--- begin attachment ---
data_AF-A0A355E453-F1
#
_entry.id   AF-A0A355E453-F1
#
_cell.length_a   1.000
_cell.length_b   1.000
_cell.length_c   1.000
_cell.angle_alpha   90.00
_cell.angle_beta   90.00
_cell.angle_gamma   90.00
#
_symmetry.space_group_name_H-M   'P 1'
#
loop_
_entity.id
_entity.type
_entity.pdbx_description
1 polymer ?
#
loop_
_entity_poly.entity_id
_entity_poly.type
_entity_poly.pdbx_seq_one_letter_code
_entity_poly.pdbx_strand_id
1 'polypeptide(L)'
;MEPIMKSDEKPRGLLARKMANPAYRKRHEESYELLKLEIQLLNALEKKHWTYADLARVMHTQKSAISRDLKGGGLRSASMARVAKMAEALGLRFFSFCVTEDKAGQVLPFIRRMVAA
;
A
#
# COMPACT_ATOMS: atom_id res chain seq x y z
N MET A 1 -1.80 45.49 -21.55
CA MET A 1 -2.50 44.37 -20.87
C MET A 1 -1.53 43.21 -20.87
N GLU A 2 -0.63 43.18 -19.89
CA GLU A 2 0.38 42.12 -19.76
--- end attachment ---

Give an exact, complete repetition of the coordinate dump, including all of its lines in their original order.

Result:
data_AF-A0A355E453-F1
#
_entry.id   AF-A0A355E453-F1
#
_cell.length_a   1.000
_cell.length_b   1.000
_cell.length_c   1.000
_cell.angle_alpha   90.00
_cell.angle_beta   90.00
_cell.angle_gamma   90.00
#
_symmetry.space_group_name_H-M   'P 1'
#
loop_
_entity.id
_entity.type
_entity.pdbx_description
1 polymer ?
#
loop_
_entity_poly.entity_id
_entity_poly.type
_entity_poly.pdbx_seq_one_letter_code
_entity_poly.pdbx_strand_id
1 'polypeptide(L)'
;MEPIMKSDEKPRGLLARKMANPAYRKRHEESYELLKLEIQLLNALEKKHWTYADLARVMHTQKSAISRDLKGGGLRSASMARVAKMAEALGLRFFSFCVTEDKAGQVLPFIRRMVAA
;
A
#
# COMPACT_ATOMS: atom_id res chain seq x y z
N MET A 1 -1.80 45.49 -21.55
CA MET A 1 -2.50 44.37 -20.87
C MET A 1 -1.53 43.21 -20.87
N GLU A 2 -0.63 43.18 -19.89
CA GLU A 2 0.38 42.12 -19.76